• Lighting India
  • Jul 12, 2017

Carbon Neutral GMR Hyderabad International Airport Marching Towards 100% LED

 GMR Hyderabad International Airport Ltd. (GHIAL) which operates Rajiv Gandhi International Airport (RGIA), Hyderabad, has revealed that it has become South India’s first and India’s second airport to convert the entire Taxiway Edge Lights from halogen lamps to energy efficient LEDs (Light Emitting Diodes). Complementing the recently achieved recognition of being Carbon Neutral Airport (Level 3 + Neutrality), GHIAL is on its green journey of transforming RGIA into a 100% LED Airport, out which 75% of the work has been already completed. 
 
  RGIA, which currently caters to more than 15 Million Passengers Per Annum (MPPA) (FY16-17) with close to 400 daily air traffic movements, requires consistent supply of electricity to operate round the clock. With its mission to move from conventional energy to renewable energy sources for environmental sustenance, the airport had recently commissioned a captive 5MW Solar Power Plant for its captive use. While a significant proportion of the airport’s total daytime energy requirement is met by the solar power plant, RGIA has now gone a step ahead by deciding to convert the entire lighting at the airport to LEDs. Even the airside, which is the busiest and the most critical area of the airport, has also undergone LED transformation, where close to 500 halogen lamps of Taxiway Edge Lights were converted to LEDs. Length wise the conversion of all LEDs at Taxiway Edge lights covered around 26 km of the area in the airside.

  Taxiway Edge lights play a critical role in airside operations. They are used to outline the edges of taxiways during periods of darkness or restricted visibility conditions. Around 500 airport taxiway edge lights were converted to LED in a span of mere six days, owing to the meticulous planning and coordination between the teams of Airport Technical Services and Airside Operations. All 36 W halogen lamps have been converted to 01W LED lamps. The lumen level of these LED lights installed at Taxiway Edges meet the ICAO (International Civil Aviation Organisation) and DGCA (Directorate General of Civil Aviation) requirement. Extensive tests and trials were carried out after the installation of the LED lights and regular observations were collected from the pilots. The replacement of lights was done in a phased manner considering criticality, cost and availability of suitable replacements.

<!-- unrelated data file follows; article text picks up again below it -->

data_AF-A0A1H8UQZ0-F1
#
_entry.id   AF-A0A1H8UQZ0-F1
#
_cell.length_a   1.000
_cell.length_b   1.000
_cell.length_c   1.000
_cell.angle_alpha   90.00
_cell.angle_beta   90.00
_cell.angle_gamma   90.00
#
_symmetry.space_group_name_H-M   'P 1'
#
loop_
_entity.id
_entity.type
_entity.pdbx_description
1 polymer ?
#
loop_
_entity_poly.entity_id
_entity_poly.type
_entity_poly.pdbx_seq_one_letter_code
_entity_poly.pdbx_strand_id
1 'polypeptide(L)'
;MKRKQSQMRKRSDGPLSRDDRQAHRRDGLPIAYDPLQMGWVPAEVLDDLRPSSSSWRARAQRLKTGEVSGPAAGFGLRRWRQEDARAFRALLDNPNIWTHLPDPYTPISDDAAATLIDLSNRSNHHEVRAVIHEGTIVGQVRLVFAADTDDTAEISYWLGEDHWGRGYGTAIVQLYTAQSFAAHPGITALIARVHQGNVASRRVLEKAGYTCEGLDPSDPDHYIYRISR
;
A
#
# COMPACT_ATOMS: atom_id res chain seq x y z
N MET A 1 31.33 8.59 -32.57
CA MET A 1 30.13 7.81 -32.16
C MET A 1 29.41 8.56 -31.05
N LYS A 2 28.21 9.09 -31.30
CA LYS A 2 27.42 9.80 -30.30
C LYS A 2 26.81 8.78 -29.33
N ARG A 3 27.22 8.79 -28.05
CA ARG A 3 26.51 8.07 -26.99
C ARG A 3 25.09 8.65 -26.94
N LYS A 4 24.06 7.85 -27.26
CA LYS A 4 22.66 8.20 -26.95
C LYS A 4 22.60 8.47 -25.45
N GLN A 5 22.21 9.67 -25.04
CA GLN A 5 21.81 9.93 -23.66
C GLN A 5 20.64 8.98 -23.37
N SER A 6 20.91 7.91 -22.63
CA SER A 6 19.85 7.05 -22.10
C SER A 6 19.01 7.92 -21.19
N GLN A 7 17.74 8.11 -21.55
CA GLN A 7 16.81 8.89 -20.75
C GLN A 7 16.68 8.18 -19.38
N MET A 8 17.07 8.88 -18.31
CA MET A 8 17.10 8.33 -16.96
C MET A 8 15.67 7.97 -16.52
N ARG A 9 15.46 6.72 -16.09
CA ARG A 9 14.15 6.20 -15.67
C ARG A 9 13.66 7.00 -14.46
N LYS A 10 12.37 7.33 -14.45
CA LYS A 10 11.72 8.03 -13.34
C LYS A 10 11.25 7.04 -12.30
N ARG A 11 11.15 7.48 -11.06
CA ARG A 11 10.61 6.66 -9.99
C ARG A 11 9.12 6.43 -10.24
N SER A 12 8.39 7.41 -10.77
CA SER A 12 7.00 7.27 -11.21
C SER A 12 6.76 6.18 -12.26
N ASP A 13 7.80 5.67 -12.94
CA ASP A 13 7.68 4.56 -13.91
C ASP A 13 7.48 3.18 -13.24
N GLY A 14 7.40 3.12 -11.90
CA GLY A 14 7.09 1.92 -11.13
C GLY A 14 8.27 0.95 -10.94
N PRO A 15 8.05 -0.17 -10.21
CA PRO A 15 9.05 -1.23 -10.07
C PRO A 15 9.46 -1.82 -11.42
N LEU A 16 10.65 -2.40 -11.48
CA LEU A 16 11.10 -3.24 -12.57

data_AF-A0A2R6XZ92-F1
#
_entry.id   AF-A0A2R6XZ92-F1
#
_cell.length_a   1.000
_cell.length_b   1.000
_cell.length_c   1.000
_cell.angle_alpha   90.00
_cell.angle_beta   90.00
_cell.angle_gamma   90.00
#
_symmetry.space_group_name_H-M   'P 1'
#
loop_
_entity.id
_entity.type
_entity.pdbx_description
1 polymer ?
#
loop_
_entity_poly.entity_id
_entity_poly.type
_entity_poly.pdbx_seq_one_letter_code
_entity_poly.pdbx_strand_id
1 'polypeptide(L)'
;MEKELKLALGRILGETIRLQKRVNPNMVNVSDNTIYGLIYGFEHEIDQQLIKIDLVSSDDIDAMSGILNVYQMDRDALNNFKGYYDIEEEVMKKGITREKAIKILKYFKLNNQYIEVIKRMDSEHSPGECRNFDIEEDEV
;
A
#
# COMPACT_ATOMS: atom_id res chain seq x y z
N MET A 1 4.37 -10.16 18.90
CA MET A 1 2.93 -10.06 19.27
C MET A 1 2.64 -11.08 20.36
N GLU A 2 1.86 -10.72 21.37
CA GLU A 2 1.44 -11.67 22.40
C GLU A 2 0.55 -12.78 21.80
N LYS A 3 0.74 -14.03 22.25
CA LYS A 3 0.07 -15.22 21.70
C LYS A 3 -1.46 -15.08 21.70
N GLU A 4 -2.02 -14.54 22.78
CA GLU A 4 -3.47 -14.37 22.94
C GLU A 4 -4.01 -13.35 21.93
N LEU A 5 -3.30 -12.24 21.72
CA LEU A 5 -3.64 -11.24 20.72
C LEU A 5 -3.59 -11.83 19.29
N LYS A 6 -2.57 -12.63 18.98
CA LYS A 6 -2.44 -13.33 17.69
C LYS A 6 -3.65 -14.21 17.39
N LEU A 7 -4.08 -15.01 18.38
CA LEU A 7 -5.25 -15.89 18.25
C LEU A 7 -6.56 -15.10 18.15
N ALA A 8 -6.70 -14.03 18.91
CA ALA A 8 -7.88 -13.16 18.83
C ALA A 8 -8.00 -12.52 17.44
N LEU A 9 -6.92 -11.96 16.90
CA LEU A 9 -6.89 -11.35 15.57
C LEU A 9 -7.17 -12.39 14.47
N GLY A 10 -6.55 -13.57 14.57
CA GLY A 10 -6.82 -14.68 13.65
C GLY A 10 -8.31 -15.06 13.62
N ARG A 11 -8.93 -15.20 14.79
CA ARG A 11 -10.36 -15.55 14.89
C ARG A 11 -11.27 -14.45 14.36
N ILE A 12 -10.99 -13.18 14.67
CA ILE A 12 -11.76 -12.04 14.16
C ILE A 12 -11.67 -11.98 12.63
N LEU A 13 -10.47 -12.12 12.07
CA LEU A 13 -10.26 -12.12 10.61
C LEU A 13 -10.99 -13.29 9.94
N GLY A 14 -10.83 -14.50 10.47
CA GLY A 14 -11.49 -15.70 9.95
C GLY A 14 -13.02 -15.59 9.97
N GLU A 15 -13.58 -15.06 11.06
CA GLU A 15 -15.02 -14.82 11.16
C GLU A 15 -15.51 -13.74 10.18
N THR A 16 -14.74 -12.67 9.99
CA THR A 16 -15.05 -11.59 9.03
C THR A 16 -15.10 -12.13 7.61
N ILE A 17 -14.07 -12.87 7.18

Lighting is a major contributor to energy consumption and energy costs. It has been found that the conventional lighting lamps like MV (Mercury Vapour), SV (Sodium Vapour) lamps and FL (Fluorescent Lamp) have chemicals such as lead, phosphorus and mercury which are hazardous to environment and LEDs are environment friendly. LED or Light Emitting Diodes are extremely energy-efficient and helps in reducing greenhouse gas emission. The lights emitted by LEDs are directional, as opposed to incandescent bulbs which spread the light more spherically. 

  LED lights offer better control on lighting and reduction in maintenance cost as they do not have a filament. Unlike the tungsten filament in the traditional lights, LEDs are less prone to damages under circumstances when a regular incandescent bulb would be broken. Because they are solid, LED bulbs hold up well to jarring and bumping. LED lights last up to 10 times longer than the usual halogen light. An LED light lasts more than 50,000 hours while a traditional light lasts around 800 hours. This in turn reduces the need to enter the critical zones in the airport to carry out any maintenance or replacement of exhausted lights. These LED bulbs do not cause heat build-up; LEDs produce 3.4 BTU/hour, compared to 85 for traditional bulb.

  For an airport like RGIA, which has more than 26,000 conventional lamps, it has been a gargantuan task to convert them into LED. As of now more than 19,500 traditional lamps have been converted into LED. This effort has a huge impact on overall electricity consumption, since migration to LEDs has amounted to a saving of 2.2 Million Units of electricity per annum.